External torque analysis

There will be many external torques affecting the satellite’s attitude and orbit such as the atmospheric drag, radiation pressure and gravity gradient. Of these, gravity gradient must be considered later on in the spacecraft’s development cycle as it depends on the craft’s internal mass layout. Torques produce an angular acceleration equal to:

(1)
\begin{equation} a=T/I \end{equation}

where a is acceleration, T is torque in newton meters and I is moment of inertial. For now we can assume our satellite will have an even mass distribution to give us a moment of inertia of 1/240 kg m^2

++Atmospheric Drag++
Even at such a high altitude, there is residual atmosphere that will produce a retarding drag force and torque proportional to the spacecraft’s speed squared.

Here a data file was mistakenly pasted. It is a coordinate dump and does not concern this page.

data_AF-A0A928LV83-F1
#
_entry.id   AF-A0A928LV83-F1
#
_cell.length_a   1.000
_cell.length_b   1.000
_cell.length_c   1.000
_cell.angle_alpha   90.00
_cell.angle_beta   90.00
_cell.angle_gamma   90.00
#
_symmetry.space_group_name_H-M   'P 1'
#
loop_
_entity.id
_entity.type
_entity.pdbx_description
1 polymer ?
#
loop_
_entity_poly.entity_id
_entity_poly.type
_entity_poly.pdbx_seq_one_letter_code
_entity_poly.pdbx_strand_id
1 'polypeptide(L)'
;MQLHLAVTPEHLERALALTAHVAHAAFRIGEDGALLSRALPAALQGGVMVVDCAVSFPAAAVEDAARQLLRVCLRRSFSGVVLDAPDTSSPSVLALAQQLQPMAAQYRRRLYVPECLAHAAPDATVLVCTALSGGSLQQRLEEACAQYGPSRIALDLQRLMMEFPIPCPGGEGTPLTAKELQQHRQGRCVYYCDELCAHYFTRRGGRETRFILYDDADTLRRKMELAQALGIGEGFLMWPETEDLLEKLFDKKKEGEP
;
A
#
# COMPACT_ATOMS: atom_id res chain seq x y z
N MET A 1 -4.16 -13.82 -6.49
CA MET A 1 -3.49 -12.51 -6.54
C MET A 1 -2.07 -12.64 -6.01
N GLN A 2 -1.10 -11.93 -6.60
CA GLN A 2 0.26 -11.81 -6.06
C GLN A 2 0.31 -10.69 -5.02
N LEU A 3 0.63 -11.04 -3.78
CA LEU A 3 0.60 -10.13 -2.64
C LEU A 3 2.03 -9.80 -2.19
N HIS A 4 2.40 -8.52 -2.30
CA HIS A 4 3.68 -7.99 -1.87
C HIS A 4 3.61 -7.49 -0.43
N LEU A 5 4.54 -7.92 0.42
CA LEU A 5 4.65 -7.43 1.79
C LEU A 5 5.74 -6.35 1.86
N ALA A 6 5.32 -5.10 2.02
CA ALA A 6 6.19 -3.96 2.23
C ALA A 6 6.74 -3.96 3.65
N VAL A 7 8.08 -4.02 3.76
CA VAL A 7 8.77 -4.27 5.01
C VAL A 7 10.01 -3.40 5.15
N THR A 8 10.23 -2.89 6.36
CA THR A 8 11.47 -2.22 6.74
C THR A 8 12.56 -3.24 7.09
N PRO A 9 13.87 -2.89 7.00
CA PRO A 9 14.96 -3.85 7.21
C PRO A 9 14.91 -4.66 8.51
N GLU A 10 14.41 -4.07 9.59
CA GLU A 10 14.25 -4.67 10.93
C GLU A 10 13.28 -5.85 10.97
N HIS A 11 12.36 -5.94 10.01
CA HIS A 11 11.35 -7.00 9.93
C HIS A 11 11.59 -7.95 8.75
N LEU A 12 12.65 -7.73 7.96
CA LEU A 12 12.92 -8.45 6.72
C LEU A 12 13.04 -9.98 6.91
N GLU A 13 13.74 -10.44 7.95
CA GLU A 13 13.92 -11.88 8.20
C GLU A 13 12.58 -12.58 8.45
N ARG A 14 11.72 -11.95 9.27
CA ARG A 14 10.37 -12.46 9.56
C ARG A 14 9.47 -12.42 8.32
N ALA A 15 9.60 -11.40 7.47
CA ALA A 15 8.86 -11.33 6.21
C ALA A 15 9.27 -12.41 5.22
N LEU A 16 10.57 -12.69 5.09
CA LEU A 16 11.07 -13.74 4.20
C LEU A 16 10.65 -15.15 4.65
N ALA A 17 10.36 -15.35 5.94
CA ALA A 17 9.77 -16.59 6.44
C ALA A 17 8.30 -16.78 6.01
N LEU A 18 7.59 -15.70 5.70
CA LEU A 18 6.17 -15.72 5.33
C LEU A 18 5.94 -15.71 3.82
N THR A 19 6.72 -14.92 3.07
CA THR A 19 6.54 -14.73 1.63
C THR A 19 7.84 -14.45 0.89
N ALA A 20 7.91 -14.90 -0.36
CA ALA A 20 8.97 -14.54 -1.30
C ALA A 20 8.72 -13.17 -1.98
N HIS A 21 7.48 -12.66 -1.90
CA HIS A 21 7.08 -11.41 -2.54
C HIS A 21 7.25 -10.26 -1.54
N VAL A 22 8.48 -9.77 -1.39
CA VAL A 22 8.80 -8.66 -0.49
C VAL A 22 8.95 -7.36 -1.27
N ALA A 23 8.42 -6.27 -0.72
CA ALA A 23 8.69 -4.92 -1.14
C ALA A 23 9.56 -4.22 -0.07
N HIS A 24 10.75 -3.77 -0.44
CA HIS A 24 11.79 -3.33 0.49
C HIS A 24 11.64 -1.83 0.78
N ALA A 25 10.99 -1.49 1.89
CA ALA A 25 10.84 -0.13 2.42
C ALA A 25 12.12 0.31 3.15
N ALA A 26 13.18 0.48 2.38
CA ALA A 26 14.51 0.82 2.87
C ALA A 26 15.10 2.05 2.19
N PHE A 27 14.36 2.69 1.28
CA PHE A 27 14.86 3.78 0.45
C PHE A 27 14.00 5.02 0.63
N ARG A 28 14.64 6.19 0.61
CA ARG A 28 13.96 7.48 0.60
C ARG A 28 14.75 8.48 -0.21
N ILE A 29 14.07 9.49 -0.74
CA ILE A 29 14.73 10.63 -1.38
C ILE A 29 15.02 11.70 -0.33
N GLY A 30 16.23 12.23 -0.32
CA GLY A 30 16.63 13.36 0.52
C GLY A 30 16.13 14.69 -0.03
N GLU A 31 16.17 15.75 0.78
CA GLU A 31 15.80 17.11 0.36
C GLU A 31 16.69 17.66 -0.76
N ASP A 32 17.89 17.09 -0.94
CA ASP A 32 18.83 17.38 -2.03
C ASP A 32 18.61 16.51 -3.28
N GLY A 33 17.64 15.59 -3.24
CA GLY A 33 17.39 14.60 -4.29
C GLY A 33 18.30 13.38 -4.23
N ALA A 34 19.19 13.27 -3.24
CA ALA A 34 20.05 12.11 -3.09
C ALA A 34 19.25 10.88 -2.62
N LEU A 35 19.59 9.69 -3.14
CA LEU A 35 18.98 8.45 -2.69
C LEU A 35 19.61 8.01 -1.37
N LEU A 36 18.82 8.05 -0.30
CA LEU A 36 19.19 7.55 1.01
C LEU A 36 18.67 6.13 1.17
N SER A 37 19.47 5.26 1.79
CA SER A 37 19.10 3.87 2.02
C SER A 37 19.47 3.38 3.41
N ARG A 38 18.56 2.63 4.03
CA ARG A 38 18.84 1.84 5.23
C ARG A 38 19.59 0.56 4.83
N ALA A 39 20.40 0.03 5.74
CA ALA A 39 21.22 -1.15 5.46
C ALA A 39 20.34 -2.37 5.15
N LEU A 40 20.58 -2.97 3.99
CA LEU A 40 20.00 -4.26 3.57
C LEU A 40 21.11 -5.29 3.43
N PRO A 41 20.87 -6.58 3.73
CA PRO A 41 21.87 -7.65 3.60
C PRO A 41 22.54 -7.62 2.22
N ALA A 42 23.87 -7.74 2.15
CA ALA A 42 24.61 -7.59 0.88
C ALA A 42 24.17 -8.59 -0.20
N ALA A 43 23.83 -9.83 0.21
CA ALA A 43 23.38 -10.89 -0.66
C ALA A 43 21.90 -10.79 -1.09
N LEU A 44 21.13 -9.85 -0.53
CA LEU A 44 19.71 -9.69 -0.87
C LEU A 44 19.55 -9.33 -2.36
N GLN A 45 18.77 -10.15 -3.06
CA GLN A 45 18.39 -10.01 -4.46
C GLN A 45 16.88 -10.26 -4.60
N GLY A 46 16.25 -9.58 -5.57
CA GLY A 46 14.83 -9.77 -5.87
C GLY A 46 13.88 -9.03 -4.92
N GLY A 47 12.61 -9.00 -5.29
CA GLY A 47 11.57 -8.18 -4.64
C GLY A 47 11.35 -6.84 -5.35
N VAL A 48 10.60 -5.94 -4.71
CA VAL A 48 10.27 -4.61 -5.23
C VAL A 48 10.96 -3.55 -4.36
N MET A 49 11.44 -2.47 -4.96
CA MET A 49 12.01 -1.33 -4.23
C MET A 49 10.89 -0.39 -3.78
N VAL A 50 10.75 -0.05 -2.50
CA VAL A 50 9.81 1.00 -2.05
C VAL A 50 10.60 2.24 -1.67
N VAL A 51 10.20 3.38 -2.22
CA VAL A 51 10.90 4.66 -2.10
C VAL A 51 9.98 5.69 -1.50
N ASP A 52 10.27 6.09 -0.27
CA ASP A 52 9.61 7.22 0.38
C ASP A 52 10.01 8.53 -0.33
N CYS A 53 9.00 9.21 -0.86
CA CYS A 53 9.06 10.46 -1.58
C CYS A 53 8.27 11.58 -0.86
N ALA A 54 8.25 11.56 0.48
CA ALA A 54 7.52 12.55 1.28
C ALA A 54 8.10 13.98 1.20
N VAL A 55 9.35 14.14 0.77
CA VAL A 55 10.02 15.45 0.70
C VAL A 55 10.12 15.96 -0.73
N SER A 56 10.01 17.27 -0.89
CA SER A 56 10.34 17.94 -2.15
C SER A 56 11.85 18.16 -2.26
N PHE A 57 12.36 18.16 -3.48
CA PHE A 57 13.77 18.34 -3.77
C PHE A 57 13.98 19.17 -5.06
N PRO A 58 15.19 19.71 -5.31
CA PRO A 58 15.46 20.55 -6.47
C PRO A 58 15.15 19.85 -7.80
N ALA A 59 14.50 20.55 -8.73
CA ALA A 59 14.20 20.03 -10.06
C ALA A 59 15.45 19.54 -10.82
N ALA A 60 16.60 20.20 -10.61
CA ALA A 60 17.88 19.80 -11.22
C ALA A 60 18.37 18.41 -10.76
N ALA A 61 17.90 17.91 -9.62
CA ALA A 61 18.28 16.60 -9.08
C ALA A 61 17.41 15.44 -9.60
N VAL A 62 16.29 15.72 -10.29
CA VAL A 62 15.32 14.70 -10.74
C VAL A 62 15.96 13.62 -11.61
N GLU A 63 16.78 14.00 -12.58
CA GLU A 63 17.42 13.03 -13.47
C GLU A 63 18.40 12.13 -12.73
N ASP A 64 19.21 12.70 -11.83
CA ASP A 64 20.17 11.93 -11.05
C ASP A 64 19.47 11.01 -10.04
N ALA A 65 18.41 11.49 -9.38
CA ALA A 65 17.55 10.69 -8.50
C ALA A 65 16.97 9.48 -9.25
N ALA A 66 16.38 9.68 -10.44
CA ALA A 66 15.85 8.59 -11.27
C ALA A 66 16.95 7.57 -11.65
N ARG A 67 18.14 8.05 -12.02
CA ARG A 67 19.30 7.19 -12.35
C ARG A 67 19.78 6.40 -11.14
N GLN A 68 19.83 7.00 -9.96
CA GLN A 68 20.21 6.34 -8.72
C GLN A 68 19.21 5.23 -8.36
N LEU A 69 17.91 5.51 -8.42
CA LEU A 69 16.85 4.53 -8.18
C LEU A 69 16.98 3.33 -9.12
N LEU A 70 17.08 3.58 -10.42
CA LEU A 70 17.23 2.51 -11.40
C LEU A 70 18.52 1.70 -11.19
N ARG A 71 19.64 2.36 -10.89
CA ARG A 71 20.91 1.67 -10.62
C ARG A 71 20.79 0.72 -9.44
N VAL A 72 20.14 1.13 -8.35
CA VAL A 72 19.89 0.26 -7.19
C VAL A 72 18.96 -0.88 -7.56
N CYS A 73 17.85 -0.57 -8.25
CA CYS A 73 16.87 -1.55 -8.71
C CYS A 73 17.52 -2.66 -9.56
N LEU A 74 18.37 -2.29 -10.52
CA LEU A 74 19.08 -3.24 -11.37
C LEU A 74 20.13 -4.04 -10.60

(2)
\begin{align} F=\frac{1}{2}CArv^2 \end{align}

Where C is the drag coefficient, which describes the smoothness of the surface, r is the atmospheric density, and A is the cross sectional area. The rotational drag torque obeys a similar set of relations. The atmospheric density varies by several orders of magnitude as it is governed by solar weather, but it can be approximated using the exponential pressure relation, which gives us 1.963e-44 kg/m3 at 800km. This massive factor reduces the force to around 1e-36N. Clearly the main factor limiting the mission if it starts from this altitude is more likely to be radiation damage than orbital degradation. Similarly, the torque produced from atmospheric drag is going to be far too small to help detumble the satellite.